Overview of US legislative framework to tackle internet banking fraud:
When considering the legislative framework governing online banking in the United States, Electronic Fund Transfer act can be thought of as an integral component not only in safe guarding online banking but also to regulate how funds are transferred electronically through various other methods. This act would facilitate the other legislative enactments such as federal computer fraud and abuse statute, Electronic Signatures in Global and National Commerce Act (E-Sign Act), Bank Services Company Act, Gramm–Leach–Bliley Act (GLBA), USA Patriotic Act…etc.
What does electronic fund transfer act do?
Being an important component of the legal framework, as mentioned earlier, this act provides the necessary tools to tackle unauthorized fund transfers that can take place electronically. This may also be linked to internet banking and other means of electronic fund transfer which can take place at times of bill online purchasing and in other events. The legal definition given to an ‘electronic fund transfer’ is, fund transfer through an “electronic terminal, telephone, or computer or magnetic tape, to order or authorize a financial institution to debit or credit an account.” (EFTA § 1693(a)(6)).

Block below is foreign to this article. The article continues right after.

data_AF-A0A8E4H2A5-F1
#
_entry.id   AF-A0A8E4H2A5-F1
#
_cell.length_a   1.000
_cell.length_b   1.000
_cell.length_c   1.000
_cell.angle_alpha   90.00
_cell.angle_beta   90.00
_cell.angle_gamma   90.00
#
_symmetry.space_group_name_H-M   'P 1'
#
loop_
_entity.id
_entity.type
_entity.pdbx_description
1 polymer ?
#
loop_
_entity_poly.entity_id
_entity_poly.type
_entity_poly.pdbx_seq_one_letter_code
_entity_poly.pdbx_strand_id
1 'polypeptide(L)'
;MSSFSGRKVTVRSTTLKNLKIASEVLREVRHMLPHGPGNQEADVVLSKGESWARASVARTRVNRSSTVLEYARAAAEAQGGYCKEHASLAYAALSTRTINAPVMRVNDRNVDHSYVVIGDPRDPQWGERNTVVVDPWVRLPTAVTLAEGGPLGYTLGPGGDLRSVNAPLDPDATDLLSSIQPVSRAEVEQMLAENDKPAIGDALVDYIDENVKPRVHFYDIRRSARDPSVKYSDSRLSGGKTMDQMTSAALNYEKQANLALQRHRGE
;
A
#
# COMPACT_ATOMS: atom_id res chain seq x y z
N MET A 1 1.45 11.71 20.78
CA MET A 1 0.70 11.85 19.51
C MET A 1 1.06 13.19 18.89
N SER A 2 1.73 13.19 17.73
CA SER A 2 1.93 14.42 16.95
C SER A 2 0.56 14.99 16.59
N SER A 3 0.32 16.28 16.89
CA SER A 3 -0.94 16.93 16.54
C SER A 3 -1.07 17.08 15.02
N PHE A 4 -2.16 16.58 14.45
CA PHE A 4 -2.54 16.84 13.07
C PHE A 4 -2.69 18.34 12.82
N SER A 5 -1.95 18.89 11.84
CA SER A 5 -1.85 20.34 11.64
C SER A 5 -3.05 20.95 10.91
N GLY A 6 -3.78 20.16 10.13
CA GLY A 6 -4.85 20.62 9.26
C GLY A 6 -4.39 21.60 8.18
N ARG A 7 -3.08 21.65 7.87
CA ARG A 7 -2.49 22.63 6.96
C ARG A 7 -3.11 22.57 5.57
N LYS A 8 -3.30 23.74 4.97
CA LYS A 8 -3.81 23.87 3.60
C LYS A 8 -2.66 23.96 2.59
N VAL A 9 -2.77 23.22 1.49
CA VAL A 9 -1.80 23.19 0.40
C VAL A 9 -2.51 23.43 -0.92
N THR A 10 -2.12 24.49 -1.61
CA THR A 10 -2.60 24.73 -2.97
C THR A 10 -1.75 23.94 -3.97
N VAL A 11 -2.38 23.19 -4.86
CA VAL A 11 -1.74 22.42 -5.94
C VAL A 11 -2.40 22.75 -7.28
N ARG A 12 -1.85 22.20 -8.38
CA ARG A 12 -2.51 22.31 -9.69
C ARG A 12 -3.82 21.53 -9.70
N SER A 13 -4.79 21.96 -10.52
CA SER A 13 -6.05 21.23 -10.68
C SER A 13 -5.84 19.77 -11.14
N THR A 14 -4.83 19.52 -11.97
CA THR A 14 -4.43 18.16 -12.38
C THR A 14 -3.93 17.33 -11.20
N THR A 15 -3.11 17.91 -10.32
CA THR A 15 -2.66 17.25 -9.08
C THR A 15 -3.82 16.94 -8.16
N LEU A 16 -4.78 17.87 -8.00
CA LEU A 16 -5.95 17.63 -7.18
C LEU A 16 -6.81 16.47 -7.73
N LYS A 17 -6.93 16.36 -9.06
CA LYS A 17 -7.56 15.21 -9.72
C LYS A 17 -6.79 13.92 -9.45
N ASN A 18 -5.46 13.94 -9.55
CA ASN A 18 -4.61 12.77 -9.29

How does ‘electronic fund transfer act’ influence internet banking?
The importance of this enactment lies on the fact that, almost all online banking sites provide the facility to do fund transfers, bill settlements and other such services which are liable to be considered under the electronic fund transfer act. Thus, the scope of the legislature defines which constitutes unauthorized fund transfer and which is not.
What are the important and relevant issues tackled by this act?
The act states that when a person was furnished by means of verification, a card or other means to initiate the process of fund transfer by the authorized consumer, it does not amount to unauthorized fund transfer.
If the bank makes an erroneous fund transfer, it also does not constitute to be unauthorized according to this act.
Finally, if a consumer initiates a transaction with fraudulent intent, this also does not constitute to be an unauthorized fund transfer.
In most instances, the ‘identity theft’ and ‘phishing’ would be the main perpetrators before initiating an unauthorized fund transfer in ‘internet banking’ and therefore, this would be a supporting legislature to all other legal enactments mentioned in the beginning. Therefore, it is correct to state that, electronic fund transfer act, although not directly linked with internet banking, is a supportive legislature for the purpose of preventing fraudulent fund transferring activities.